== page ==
How to Make Any Hot Chocolate Mix Taste Ultra-Decadent

Winter has officially locked its arms around us with its icy embrace, but there are a few ways to make this frosty season more bearable. One of my favorite winter-coping treats is a steamy mug of thick, creamy hot chocolate. I use regular boxed cocoa mix most of the time, but one little trick allows me to make a hot chocolate that rivals even the most bougie cafe’s drinking chocolate: I make my cocoa with cornstarch. 

Cornstarch is a versatile and forgiving thickener you can easily incorporate into your cooking repertoire. You don’t need much; just a teaspoon or two can be enough to help suspend ingredients, like melted chocolate with low-fat milk or whisked eggs in egg drop soup. The only thing you have to be aware of is controlling when you activate the starch’s thickening properties. 

Cornstarch is a super-fine powder you can buy in the baking aisle of most grocery stores, but you can’t simply plop a spoonful into boiling soup or hot cocoa. Cornstarch will gelatinize in temperatures just below boiling (starting around 145°F, and reaching full potential at about 203°F), but if you don’t mix the cornstarch with another ingredient to disperse the powder, you could get lumps when you add the boiling liquid. Avoid this by either making a “slurry” with the cornstarch and a cold liquid (cold liquid won’t start the gelatinization process), or mix the dry cornstarch with another powder or granulated mix, like sugar, or hot chocolate mix. 

I respect a scratch-made hot cocoa powder mix as much as the next person, but, personally, I’m crushing the store-bought boxed pouches this winter. Luckily, you can use this cornstarch trick with any version of hot chocolate to give it a more luxurious and thick consistency. 

How to make thicker hot chocolate from a store-bought mix

Hand holding a teaspoon of cornstarch over a mug of hot cocoa mix.

Credit: Allie Chanthorn Reinmann

For powdered mix, add the cornstarch directly to the powdered ingredients, and whisk these dry ingredients together thoroughly for about 30 seconds. There should be no identifiable bits or clumps of white cornstarch hiding anywhere. Then heat up your liquid of choice to boiling, or near boiling. I usually use a mixture of water and almond milk, but with this trick you can use water alone and it still tastes decadent. I heat up my electric kettle of water until boiling and immediately pour it into my cornstarch spiked powdered mixture. Whisk it in and the mixture will be smooth and chocolatey with that cafe-worthy silken consistency.  I use between one and two teaspoons of cornstarch for every six ounces of liquid, depending on how luscious I want my drink.

How to make thick hot chocolate from scratch

Spoon coated in thick hot chocolate hovering over a pot of hot chocolate.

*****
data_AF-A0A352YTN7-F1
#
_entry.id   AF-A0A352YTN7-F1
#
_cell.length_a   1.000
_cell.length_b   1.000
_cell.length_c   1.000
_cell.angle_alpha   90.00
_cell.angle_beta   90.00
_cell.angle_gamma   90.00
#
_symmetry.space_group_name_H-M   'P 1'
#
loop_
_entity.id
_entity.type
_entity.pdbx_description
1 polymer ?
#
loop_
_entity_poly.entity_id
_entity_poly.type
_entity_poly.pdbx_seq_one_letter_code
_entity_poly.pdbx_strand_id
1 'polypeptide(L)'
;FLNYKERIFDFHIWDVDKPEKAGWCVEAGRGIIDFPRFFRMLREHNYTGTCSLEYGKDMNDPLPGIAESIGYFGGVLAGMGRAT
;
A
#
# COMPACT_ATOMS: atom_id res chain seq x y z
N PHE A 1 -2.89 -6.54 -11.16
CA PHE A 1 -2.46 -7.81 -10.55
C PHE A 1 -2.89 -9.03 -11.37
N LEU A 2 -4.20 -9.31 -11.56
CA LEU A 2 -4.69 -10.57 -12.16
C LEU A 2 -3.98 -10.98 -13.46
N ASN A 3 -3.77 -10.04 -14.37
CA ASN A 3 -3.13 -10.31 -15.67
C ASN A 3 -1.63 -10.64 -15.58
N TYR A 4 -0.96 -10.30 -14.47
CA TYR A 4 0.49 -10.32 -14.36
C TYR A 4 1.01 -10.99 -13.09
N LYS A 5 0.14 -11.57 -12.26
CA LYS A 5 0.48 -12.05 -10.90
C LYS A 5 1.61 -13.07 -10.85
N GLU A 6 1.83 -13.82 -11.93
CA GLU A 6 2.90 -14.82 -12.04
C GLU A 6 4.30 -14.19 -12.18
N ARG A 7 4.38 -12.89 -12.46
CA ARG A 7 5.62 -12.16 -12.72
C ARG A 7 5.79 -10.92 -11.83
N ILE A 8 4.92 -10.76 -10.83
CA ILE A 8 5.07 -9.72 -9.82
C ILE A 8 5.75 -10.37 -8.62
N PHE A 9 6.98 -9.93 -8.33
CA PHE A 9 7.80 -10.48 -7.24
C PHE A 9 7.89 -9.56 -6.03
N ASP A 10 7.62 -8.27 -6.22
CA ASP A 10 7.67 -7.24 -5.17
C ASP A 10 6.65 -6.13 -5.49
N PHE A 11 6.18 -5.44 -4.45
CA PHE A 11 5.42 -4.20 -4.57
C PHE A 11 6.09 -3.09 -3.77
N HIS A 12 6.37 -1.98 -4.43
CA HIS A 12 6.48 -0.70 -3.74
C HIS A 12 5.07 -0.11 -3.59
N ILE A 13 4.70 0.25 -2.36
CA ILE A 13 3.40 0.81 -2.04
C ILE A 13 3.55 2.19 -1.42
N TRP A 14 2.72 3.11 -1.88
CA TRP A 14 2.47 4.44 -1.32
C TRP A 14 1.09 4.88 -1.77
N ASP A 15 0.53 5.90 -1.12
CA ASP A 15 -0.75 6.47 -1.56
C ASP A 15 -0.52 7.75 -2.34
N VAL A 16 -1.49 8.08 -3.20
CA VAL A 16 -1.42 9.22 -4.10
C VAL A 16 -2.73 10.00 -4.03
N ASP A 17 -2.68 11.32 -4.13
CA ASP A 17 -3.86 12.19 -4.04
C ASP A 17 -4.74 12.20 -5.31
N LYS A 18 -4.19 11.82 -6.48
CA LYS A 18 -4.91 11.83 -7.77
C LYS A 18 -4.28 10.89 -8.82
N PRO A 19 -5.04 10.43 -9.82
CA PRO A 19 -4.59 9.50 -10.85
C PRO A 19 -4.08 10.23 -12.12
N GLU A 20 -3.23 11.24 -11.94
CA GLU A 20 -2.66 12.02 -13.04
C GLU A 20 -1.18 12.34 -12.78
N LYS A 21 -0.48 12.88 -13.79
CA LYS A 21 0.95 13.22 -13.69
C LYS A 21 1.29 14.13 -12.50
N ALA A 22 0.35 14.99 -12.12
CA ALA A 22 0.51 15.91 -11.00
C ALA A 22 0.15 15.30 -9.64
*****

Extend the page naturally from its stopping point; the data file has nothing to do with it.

Credit: Allie Chanthorn Reinmann

You can also use cornstarch to thicken stove-top hot cocoas, or, if you’re looking to smother yourself in comfort, drinking chocolates. Instead of mixing the cornstarch into the dry ingredients, because there may not be any, make a cornstarch slurry. For a cup of milk or water, pour three-quarters of it into a small pot. Turn the heat on medium-low.

While that heats up, with the other quarter cup of liquid, make a slurry. I use a teaspoon and a half for one cup of liquid if the recipe has chocolate in it. If the recipe uses cocoa powder, I’ll use two teaspoons of cornstarch. Add the cornstarch directly to the small amount of liquid and stir it until dissolved. Once the pot of liquid begins to boil, stir in the cornstarch slurry. The milk will thicken slightly within 10 to 20 seconds. Turn the heat off and whisk in the other ingredients until fully combined. 

The following recipe is for a rich, decadent cup of drinking chocolate. Although any chocolate chips or chunks will work, I use slightly better quality chocolate than TollHouse for this recipe. Often the melting point of bar chocolate or Ghirardelli chips is lower, so you won’t have to work as hard to whisk the mixture into a thick, silken chocolate potion. 72% chocolate will create a velvety, bitter chocolate drink, but if you think it should be sweeter, simply stir in a spoonful of sugar or honey directly into your mug to adjust. 

Easy Drinking Chocolate Recipe


  • 1 cup of cold liquid (water, milk, or a combination), divided

  • 1 ½ teaspoons cornstarch

  • ⅓ cup (2 ounces) good quality chocolate chips

  • Pinch salt

  • 1 tablespoons sugar (optional, if your chocolate is very bitter)

1. Divide the cold liquid. Three quarters into a small pot over medium-low heat, and one quarter of the liquid in a small bowl with the cornstarch. While the pot heats, stir the cornstarch and water to dissolve it fully.

2. Once the milk begins to bubble strongly around the edges, stir in the cornstarch mixture. Stir continuously until it thickens, about 10 to 20 seconds. Turn off the heat and add the salt and chocolate chips. Let the mixture sit for one minute to soften the chocolate. Whisk until smooth. Taste the drinking chocolate. Add sugar if desired, and enjoy immediately.

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